Rebecca by Daphne du Maurier

Publication Date: August 1938

Publisher: Little, Brown and Company

Genre: Gothic Romance

Pages: 449

Rating: 1.5 stars

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Last night I dreamt I went to Manderley again . . .

The novel begins in Monte Carlo, where our heroine is swept off her feet by the dashing widower Maxim de Winter and his sudden proposal of marriage. Orphaned and working as a lady’s maid, she can barely believe her luck. It is only when they arrive at his massive country estate that she realizes how large a shadow his late wife will cast over their lives–presenting her with a lingering evil that threatens to destroy their marriage from beyond the grave.

“But luxury has never appealed to me, I like simple things, books, being alone, or with somebody who understands.”

“Women want love to be a novel. Men, a short story.”



Rebecca is a strange yet fascinating and surprising read. I expected less from it, but was pleased with the quality of writing and plot that the novel gave me. It is a story about a young, unnamed girl who unexpectedly marries a wealthy older man. She arrives at his home and is confronted by the impact that his dead wife has had on the employees of the Manderley mansion. The readers question what more there is to the husband’s previous wife, Rebecca, who drowned a year ago.

The main character, who I’ll refer to as the heroine, really spoke to me. Her lack of a name is odd but makes sense as she struggles to find her own identity. She is very relatable due to her awkwardness and introversion. She constantly gets compared to Rebecca, even by the maids, which affects the relationship with her husband. The character progression of the heroine is really great to read about, and I loved how she acts towards the end. She clearly changes throughout the text, though her changes are rather situational.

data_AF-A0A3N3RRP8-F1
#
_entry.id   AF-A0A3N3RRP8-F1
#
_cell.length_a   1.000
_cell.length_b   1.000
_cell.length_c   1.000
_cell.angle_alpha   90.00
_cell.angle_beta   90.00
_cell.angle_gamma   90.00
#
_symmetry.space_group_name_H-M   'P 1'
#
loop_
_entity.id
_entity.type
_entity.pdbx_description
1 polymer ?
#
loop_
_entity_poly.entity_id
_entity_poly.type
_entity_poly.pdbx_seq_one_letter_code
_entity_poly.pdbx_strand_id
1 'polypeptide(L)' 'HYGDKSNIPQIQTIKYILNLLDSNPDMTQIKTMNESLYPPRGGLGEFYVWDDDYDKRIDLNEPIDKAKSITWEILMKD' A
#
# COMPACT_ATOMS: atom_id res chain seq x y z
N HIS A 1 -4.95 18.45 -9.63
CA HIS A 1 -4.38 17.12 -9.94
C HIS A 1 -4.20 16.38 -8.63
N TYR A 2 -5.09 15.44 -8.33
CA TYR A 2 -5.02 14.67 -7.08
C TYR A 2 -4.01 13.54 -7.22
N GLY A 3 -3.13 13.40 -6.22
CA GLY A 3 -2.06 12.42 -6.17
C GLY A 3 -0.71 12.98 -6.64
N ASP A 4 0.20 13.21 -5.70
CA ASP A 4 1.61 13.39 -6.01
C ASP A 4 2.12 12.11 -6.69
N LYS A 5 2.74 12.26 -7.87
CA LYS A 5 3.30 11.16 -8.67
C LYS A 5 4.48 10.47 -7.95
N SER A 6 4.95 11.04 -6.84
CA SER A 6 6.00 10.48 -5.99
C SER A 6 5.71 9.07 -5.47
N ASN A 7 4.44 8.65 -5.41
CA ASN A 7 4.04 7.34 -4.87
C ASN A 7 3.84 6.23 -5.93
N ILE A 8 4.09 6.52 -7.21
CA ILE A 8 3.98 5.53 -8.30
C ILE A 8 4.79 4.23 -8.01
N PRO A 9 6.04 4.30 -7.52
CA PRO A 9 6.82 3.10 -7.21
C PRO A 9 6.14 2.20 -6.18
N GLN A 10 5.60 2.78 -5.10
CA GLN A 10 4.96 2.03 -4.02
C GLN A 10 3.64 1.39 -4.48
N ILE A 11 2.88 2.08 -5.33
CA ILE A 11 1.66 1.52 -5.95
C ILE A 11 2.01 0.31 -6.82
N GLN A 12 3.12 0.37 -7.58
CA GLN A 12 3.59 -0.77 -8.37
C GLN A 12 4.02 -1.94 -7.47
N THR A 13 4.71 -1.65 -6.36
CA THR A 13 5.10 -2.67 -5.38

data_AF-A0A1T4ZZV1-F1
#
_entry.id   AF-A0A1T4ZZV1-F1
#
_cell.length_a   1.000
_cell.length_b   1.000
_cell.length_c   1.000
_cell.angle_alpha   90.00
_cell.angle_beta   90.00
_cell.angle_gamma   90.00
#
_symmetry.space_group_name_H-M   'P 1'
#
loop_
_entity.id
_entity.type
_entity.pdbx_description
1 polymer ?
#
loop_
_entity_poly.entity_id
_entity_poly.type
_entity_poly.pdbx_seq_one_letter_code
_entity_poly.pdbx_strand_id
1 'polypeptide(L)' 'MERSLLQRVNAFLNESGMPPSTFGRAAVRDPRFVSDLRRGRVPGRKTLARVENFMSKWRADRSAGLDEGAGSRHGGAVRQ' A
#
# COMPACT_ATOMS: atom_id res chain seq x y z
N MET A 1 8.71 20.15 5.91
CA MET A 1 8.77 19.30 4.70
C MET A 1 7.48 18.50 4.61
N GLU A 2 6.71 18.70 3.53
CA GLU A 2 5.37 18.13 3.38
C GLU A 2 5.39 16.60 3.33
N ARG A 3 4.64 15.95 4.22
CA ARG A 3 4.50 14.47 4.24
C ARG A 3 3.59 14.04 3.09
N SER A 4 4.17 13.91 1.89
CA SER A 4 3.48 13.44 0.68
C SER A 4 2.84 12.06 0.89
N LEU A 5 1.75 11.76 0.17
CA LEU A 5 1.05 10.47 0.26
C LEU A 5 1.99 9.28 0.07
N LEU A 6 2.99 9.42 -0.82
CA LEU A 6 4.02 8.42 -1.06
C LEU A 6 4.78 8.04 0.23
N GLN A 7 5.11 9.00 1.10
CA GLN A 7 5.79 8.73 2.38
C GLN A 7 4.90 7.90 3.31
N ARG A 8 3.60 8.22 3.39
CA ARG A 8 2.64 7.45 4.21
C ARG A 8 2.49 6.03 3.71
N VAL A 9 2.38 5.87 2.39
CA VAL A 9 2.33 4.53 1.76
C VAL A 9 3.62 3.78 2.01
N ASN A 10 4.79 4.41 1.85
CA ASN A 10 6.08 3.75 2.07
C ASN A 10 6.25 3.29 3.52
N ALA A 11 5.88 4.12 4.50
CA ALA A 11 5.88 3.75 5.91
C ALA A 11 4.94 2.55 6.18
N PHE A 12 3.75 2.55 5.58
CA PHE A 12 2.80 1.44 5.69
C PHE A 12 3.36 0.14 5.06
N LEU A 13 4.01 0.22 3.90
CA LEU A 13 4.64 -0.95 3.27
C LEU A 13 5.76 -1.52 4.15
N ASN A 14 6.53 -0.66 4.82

As this novel is a gothic romance, it has elements of both genres. I could really get a sense of the gothic elements, even though I have barely read any gothic novels! It reminded me of the novel Jane Eyre by Charlotte Bronte, which I have not read, but have seen the television series. It has many of the same tropes, such as a big mansion, a young girl and an older guy, and something to do with a previous wife. There is also a sinister and paranormal feel to the book, and the heroine gets manipulated by others. As for the romance aspects, I was slightly surprised by how much it reads like a romance, especially in the beginning. The set-up of the relationship really makes the reader want the romance to work out. Although Maxim, the husband, is unlikeable at times, there is an attractive quality about him.

I was not expecting the ending at all. The twist is much better than what I thought was going to happen. There are a few things that are laughable due to it being published almost 100 years ago, as reactions would have certainly changed, but even so, I still think the ending is a plausible solution. The ending made the novel worth it for me, as it takes a complete 180 compared to the kind of mundane and slow events that happen for two thirds of the novel. I read the last third of the novel in a day, whereas the rest took almost a week.

The writing is eloquent and not so difficult to read, though still has an air of sophistication about it due to the time period in which it was published. I thought the novel is well-written, but occasionally there are slabs of information or description that makes it uninteresting to read. Aside from that, I cannot fault the style of writing because it is a classic and was released so long ago.

I have rated Rebecca by Daphne du Maurier four stars because it kept my interest and made me question the characters. I would recommend this novel to those who enjoy gothic romances, or genres like mystery, thriller, classics, or romance.

  • Have you read Rebecca?
  • Would you recommend watching the film, or should I skip it?

13 thoughts on “Rebecca by Daphne du Maurier

  1. I’ve read Rebecca and listened to it on audiobook! The girl drove me crazy listening to her… she rambled so long I’d loose track of what started her whole long stream of thought ramble… I didn’t notice that problem as much reading the book! An odd experience… still I give it 4 stars ♥️

    Liked by 1 person

    1. Haha sometimes I got a bit fed up with her rambling too 😂 There were a few long paragraphs that made me a bit bored. But yeah that’s odd, the audiobook version must be pretty long. Glad you agreed with the 4 stars ❤️

      Liked by 1 person

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